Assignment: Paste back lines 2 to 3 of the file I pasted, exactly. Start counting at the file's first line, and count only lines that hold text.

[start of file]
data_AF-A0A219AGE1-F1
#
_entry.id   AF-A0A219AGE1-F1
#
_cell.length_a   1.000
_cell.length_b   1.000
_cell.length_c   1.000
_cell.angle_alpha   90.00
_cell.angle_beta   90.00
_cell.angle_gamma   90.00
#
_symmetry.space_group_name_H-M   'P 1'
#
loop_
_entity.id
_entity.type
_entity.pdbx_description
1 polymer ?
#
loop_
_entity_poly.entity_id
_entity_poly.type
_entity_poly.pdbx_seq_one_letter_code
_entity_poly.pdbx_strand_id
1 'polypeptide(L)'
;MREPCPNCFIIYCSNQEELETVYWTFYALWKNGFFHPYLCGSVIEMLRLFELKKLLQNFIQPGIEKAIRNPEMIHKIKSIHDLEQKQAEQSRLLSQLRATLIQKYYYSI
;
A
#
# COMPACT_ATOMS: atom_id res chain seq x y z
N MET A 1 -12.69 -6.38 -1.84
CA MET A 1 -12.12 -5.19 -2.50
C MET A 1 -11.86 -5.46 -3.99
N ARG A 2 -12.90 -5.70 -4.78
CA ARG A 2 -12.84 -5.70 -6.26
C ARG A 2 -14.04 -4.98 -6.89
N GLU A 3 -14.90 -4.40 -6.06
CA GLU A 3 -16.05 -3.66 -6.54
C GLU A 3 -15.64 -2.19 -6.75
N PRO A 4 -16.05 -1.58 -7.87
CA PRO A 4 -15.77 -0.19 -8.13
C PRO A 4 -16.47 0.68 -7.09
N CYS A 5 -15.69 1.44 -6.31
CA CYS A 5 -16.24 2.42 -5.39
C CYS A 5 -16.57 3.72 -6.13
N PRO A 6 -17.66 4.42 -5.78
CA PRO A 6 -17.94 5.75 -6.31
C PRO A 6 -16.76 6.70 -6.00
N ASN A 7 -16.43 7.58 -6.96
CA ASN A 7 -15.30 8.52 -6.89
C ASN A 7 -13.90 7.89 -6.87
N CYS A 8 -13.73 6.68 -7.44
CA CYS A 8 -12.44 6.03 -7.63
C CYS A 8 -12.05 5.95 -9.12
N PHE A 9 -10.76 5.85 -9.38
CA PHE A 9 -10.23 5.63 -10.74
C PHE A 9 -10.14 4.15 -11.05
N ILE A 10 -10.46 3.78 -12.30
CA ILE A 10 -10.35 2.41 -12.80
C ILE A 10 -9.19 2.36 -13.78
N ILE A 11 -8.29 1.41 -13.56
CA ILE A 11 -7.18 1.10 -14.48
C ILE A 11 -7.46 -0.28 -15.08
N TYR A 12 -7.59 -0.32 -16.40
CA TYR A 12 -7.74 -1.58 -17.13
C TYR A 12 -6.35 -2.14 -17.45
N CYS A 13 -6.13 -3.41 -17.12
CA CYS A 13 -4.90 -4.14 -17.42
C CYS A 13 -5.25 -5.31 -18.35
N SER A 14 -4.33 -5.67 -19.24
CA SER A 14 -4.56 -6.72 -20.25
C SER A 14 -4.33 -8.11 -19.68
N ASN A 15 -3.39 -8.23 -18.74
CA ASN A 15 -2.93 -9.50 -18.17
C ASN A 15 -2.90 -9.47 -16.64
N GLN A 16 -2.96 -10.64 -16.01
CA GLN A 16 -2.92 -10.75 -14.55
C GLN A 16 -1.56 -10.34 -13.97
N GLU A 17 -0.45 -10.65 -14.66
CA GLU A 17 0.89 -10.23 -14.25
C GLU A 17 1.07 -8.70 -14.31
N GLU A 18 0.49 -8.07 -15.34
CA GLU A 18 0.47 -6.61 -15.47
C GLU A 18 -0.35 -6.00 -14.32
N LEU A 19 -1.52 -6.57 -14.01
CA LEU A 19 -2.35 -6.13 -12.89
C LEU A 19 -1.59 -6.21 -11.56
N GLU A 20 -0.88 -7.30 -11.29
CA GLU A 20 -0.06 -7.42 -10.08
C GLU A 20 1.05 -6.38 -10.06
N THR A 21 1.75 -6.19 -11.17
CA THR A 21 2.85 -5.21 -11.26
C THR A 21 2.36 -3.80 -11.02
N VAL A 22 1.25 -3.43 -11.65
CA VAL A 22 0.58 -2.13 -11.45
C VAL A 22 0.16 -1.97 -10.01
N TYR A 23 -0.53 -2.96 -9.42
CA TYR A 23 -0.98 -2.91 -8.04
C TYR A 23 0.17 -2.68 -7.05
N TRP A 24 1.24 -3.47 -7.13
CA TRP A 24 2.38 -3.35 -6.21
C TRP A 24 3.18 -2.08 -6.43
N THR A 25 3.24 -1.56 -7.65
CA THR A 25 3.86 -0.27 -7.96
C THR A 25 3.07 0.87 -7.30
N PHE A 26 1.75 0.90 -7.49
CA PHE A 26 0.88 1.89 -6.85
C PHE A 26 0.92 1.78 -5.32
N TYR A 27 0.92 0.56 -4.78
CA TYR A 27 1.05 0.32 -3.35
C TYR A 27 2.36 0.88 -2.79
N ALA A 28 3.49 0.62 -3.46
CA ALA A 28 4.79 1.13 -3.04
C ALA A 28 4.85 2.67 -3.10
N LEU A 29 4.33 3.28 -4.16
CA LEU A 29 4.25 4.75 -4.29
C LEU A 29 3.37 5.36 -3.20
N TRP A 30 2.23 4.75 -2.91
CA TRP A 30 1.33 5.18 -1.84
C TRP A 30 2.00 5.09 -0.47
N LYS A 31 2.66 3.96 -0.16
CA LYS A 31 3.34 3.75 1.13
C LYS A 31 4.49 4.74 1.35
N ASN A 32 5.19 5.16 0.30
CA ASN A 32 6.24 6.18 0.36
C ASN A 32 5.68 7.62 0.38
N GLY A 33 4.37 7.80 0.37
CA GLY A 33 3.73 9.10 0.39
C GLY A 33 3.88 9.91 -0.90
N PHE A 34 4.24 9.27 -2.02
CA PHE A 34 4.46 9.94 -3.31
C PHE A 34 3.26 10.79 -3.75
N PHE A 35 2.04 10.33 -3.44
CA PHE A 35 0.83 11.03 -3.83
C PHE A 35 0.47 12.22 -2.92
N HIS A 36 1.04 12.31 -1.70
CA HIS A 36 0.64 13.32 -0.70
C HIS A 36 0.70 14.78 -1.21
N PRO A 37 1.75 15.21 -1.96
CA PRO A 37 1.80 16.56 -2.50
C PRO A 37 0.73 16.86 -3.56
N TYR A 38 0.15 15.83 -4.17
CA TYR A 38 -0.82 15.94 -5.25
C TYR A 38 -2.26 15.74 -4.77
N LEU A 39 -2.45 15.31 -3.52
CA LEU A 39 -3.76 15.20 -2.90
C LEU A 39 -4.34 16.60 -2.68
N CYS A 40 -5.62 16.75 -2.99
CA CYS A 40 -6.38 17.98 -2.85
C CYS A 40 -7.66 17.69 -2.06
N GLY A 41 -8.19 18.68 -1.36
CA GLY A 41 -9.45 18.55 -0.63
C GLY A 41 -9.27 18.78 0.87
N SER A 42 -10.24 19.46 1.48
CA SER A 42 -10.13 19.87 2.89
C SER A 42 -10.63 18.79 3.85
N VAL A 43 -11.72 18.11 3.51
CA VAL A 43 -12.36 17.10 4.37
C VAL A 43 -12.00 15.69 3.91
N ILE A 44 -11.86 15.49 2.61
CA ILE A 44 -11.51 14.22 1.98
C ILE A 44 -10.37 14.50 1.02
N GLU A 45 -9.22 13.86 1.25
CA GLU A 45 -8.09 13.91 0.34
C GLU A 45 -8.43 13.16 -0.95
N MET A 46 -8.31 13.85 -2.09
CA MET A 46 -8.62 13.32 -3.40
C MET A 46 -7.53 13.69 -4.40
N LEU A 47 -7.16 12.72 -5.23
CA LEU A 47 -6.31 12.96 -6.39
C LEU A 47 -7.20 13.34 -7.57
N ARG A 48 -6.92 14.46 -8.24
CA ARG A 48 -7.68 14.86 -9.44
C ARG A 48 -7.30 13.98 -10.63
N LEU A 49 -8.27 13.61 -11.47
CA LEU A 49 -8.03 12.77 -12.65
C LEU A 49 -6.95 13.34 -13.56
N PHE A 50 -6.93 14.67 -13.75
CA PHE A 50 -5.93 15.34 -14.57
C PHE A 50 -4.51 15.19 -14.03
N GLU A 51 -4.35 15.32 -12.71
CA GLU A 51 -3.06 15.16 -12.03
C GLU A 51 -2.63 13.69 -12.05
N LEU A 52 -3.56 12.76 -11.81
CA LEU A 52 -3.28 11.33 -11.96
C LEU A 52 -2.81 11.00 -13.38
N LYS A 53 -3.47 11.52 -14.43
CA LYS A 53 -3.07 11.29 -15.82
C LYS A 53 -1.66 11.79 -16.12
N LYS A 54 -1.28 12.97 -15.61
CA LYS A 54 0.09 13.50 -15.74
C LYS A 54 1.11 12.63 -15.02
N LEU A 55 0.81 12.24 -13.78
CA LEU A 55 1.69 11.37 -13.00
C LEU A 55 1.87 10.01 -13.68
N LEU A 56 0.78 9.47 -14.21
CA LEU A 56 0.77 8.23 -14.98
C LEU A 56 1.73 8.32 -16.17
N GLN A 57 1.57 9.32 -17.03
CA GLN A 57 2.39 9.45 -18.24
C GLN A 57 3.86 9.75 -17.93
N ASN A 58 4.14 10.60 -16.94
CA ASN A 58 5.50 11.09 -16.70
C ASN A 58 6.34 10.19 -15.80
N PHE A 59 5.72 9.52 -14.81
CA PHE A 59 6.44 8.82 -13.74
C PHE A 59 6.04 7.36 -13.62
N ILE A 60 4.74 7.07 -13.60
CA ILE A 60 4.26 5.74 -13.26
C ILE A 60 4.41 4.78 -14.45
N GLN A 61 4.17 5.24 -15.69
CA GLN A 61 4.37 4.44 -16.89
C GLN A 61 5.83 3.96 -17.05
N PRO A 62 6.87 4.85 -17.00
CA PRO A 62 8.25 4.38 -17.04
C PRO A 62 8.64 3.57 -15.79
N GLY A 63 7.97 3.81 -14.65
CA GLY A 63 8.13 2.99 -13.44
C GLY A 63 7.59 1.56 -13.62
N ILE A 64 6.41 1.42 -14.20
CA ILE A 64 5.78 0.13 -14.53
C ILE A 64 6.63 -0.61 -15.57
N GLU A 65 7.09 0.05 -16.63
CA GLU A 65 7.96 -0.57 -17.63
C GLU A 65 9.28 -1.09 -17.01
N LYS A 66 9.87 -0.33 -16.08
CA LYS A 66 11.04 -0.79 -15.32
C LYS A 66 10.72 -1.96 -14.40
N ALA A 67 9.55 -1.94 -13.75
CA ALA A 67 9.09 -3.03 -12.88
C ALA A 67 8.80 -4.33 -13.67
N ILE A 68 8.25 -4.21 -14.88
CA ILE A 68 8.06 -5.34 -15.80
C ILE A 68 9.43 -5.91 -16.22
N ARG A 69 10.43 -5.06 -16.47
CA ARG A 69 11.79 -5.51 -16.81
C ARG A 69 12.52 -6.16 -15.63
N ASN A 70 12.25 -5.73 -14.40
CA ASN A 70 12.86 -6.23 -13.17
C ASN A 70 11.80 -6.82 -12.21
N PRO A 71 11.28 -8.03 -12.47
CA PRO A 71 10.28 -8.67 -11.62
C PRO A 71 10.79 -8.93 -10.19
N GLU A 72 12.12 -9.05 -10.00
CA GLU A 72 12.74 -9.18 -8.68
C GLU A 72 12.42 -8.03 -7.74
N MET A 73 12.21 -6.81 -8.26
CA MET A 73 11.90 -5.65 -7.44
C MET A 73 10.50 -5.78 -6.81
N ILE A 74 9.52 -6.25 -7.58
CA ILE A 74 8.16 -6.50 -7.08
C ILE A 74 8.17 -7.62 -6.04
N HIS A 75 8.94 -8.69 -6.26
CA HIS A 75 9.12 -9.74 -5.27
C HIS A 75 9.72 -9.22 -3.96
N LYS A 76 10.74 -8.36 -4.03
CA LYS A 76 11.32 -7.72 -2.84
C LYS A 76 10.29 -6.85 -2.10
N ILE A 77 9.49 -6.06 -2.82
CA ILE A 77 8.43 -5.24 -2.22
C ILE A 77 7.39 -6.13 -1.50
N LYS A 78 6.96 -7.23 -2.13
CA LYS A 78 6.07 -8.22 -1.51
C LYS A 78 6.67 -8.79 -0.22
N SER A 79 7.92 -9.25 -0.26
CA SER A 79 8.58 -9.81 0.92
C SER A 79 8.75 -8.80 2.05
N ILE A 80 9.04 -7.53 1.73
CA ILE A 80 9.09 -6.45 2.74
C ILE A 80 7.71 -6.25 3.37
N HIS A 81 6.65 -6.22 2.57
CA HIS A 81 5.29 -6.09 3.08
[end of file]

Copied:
#
_entry.id   AF-A0A219AGE1-F1